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Analytical Methods

TECH GUIDE

Physical Properties: Hydraulic Conductivity

Water can move through soil as saturated flow, unsaturated flow, or vapor flow. Saturated flow takes place when the soil pores are completely filled (or saturated) with water. Unsaturated flow occurs when the larger pores in the soil are filled with air, leaving only the smaller pores to hold and transmit water. Vapor flow occurs as vapor pressure differences develop in relatively dry soils. Vapor migrates from an area of high vapor pressure to an area of low vapor pressure. Hydraulic conductivity is a soil property that describes the ease with which the soil pores permit water (not vapor) movement. It depends on the type of soil, porosity, and the configuration of the soil pores. In saturated soils, the hydraulic conductivity is represented as Ksat and in unsaturated soils, the hydraulic conductivity is represented as K.

The quantity of water per unit of time, Q, that flows through a column of saturated soil can be expressed by Darcy's Law, as follows:

where Ksat is the saturated hydraulic conductivity, A is the cross-sectional area of the column through which the water flows, DP is the hydrostatic pressure difference from the top of the column to the bottom of the column, and L is the length of the column. Since area A and length L of a given column are fixed, the rate of flow is determined by the hydraulic force DP driving the water through the soil (commonly gravity) and the saturated hydraulic conductivity, Ksat.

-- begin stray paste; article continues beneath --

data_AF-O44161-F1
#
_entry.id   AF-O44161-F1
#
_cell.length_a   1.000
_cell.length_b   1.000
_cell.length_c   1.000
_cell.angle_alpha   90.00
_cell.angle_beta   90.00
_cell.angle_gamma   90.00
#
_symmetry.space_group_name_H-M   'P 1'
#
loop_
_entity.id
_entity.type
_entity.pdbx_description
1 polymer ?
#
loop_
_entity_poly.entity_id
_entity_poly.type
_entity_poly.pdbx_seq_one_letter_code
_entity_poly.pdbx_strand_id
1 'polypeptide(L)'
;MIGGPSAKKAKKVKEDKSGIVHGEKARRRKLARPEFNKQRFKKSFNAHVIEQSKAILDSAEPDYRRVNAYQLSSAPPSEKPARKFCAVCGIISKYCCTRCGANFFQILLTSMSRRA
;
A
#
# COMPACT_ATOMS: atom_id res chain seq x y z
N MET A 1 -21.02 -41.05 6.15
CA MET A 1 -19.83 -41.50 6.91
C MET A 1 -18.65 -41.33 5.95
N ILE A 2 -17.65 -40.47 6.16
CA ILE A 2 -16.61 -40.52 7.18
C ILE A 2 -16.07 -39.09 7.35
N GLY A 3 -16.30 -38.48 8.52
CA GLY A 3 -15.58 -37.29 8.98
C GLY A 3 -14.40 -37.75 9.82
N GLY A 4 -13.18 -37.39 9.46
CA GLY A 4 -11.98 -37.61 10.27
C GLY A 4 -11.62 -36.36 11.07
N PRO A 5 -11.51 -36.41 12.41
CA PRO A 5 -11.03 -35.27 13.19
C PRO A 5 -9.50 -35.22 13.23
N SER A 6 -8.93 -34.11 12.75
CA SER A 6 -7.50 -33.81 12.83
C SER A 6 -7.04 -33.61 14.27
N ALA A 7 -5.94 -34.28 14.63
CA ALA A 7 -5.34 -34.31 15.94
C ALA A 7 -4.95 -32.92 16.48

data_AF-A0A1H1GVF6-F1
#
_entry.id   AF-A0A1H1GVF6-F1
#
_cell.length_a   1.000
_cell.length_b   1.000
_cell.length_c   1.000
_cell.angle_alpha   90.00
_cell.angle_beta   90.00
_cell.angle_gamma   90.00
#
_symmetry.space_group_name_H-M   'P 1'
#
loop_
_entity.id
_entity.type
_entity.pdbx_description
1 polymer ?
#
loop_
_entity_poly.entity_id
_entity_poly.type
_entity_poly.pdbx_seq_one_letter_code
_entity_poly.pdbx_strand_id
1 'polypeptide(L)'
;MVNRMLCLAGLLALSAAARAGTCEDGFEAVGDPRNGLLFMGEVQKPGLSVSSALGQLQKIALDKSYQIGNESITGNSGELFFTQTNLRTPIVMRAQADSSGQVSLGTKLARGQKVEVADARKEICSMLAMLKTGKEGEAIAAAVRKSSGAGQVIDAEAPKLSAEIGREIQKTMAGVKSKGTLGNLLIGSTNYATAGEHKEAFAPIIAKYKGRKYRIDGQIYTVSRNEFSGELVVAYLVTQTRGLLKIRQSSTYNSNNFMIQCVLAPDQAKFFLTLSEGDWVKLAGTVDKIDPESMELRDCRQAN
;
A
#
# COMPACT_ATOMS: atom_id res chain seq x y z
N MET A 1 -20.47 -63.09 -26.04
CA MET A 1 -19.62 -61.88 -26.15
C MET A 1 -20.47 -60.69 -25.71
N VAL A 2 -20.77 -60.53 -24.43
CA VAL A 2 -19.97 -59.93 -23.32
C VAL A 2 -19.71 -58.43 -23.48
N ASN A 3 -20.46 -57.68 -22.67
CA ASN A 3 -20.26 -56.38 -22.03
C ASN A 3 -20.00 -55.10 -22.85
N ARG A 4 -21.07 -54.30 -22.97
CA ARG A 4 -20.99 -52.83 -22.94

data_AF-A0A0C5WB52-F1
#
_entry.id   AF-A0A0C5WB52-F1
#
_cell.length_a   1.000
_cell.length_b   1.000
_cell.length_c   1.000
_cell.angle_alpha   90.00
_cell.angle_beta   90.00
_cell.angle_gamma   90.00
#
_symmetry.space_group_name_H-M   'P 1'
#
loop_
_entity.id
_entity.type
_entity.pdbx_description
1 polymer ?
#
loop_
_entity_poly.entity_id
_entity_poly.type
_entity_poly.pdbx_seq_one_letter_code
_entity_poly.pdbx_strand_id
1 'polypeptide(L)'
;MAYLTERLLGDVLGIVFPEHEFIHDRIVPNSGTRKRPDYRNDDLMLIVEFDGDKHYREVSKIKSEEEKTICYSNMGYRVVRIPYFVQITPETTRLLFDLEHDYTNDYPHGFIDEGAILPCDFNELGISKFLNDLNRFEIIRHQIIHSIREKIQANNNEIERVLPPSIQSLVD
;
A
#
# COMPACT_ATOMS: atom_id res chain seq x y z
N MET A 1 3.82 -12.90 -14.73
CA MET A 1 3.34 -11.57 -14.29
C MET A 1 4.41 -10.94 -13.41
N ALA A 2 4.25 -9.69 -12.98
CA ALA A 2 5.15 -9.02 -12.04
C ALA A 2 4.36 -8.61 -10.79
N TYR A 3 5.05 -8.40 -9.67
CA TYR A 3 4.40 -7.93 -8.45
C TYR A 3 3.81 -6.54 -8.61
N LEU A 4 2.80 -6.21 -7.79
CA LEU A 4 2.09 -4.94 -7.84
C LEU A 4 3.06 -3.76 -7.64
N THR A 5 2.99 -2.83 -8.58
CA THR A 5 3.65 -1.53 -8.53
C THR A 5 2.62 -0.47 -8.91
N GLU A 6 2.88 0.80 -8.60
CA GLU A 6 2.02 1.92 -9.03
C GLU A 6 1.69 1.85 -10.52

Flow through an unsaturated soil is more complicated than flow through continuously saturated pore spaces. Macropores are filled with air, leaving only finer pores to accommodate water movement. The movement of water in unsaturated soils is dictated by differences in matric potential, not gravity. The matric potential gradient is the difference in the matric potential of the moist soil areas (high matric potential) and nearby drier areas (low matric potential) into which the water is moving (Brady and Weil, 1999).

Hydraulic conductivity is an important soil property when determining the potential for widespread groundwater contamination by a contaminating source. Soils with high hydraulic conductivities and large pore spaces are likely candidates for far reaching contamination. The hydraulic conductivity in a saturated soil can be measured by injecting a non-reactive tracer (i.e. bromide) in a monitoring well and measure the time it takes for the tracer to reach a downgradient monitoring well. Remediation of contaminated groundwater can be a likely step in the reclamation process. For more information on groundwater remediation strategies, click here.

For more information on measuring hydraulic conductivity in the field and in the lab, see LaGrega (2001) and Driscoll (1986).

 

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